Darkstar was a stealthy reconnaissance vehicle, and its shape was dictated by stealth considerations. It could carry either a camera or a radar. It was designed to view the target from the side instead of flying straight over it. So the lobes of the radar cross section were aligned in the direction of flight, with only small lobes at right angles to the flightpath from reflections off the wingtips and side of the fuselage. The absence of vertical surfaces was also to minimize the radar reflectivity.

The radar cross section of any stealthy aircraft consists of a few bright specular reflections, resulting in large lobes, and a much smaller "fuzz ball" that is the strength of the reflections in other directions. To be stealthy, you don't want to reflect radar strongly in all directions - it's better to concentrate all the returns in a few bright lobes and then arrange the flight path so the lobes aren't pointed at the bad guys. Radar reflections tend to come off at 90 degrees to an edge, and if all the edges are parallel, then they are all reflecting in the same direction. That creates a strong reflection in that direction, but all an enemy might see is a momentary flash as it passed by and very little reflection otherwise. You can tell how many lobes a stealthy plane will have by simply looking at the number of edge directions it has. The B-2, for example, is a 4-lobe design. The leading and trailing edges are parallel, as is the wingtip of the opposite wing. The lobes were oriented in an X configuration so they weren't pointed at the target when the jet was flying toward the target. Darkstar was essentially a 2-lobe design, with the lobes oriented fore-aft because it wasn't going to be flying right at the target.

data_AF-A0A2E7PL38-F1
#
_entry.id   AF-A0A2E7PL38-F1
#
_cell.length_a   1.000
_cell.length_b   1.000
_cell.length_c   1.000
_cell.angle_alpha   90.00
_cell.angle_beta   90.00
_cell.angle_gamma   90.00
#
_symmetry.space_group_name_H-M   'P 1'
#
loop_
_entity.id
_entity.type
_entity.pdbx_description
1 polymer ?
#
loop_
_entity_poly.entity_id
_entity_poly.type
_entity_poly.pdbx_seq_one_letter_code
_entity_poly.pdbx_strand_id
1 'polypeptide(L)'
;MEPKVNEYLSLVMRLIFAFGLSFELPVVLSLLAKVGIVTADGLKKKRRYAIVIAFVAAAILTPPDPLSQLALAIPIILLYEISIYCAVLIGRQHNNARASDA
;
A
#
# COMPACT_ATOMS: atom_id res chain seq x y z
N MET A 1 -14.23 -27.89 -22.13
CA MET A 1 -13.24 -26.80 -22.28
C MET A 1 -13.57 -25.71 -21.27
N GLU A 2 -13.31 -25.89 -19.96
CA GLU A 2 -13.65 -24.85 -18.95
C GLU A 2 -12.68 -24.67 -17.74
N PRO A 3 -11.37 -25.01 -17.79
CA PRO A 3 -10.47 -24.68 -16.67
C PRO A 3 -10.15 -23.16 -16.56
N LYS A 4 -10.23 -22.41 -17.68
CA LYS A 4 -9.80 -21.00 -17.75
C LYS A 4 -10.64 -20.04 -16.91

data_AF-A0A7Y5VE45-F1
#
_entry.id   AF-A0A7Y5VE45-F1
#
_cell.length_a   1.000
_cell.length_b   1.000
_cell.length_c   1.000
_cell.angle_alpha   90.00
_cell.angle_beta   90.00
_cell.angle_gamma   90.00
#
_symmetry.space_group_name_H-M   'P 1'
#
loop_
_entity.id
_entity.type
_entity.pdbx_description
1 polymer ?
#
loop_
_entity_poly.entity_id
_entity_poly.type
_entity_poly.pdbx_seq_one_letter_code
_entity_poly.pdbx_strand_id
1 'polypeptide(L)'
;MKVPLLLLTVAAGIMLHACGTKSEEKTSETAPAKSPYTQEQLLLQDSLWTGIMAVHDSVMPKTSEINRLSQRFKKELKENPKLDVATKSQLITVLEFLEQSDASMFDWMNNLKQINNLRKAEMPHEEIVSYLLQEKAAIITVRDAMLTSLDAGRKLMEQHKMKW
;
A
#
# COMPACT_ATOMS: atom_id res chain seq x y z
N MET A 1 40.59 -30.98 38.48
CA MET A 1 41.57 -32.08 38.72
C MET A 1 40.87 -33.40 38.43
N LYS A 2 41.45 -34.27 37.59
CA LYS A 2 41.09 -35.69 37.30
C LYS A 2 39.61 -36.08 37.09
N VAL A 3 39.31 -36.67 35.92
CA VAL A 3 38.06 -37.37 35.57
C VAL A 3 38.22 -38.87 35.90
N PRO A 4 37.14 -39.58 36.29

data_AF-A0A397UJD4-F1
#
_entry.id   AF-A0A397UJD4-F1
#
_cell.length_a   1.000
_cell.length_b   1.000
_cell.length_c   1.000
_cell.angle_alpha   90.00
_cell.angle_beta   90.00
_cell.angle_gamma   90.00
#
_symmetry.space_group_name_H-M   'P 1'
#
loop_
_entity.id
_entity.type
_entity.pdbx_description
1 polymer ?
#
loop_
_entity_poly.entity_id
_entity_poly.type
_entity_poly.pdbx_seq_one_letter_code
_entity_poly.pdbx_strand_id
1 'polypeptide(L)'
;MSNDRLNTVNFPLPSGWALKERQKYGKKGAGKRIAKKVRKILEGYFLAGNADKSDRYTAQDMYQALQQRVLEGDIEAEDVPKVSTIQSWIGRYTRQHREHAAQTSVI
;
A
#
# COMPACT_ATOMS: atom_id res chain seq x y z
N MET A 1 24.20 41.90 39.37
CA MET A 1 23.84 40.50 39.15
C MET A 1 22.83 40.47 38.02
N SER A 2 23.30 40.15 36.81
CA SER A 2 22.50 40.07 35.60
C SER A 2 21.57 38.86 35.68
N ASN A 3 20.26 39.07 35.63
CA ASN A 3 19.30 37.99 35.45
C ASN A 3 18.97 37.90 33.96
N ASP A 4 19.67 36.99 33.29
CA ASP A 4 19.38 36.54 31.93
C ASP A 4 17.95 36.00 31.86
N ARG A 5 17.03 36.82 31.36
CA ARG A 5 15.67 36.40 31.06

Stealth doesn't make the aircraft invisible to radar. Reducing the strength of the radar reflections means the detection range of the radar is reduced, but if the aircraft is close enough, it can still be detected. If a radar network has overlapping coverage between adjacent radars, reducing the detection range means the radar coverage shrinks so it no longer overlaps and gaps are opened up between the radars. Darkstar's 2-lobe radar cross section meant the mission plan was like threading a 2x4 through the gaps in the radar coverage so it could slip in and out undetected.
Jul 12, 2017, 08:49 PM
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tspeer's Avatar
Quote:
Originally Posted by Knoll53
Assuming the wing has a workable plank airfoil, fly it first without the pod. I'd put a gyro on the elevator, turn it up to full gain and bungee launch it into the heavens. You'll figure out how to fly it before it's time to land. Oh, and only fly if the park is empty. Once everything is all trimmed out, then put the pod on and test fly....:
I'm not sure that's a good strategy. There is a substantial amount of lift on the fuselage, and it's ahead of the aerodynamic center of the wing. At moderate to high angles of attack vortices form along the edges of the fuselage, resulting in more lift and a more unstable pitching moment. Whatever you learn by flying it without the fuselage will be quite misleading when you put the fuselage on.

I would be inclined to keep the center of gravity well forward, even though this means a substantial loss of lift on the wing from the elevon deflection needed to trim. Then move the c.g. back as you get more experience.

Darkstar had a very narrow range of airspeeds. It practically took off, cruised, and landed at the same speed. It wasn't quite that bad, but that's a good qualitative description. In this regard, it will be more like putting radio control on a freeflight design, because freeflight models also fly at a constant airspeed.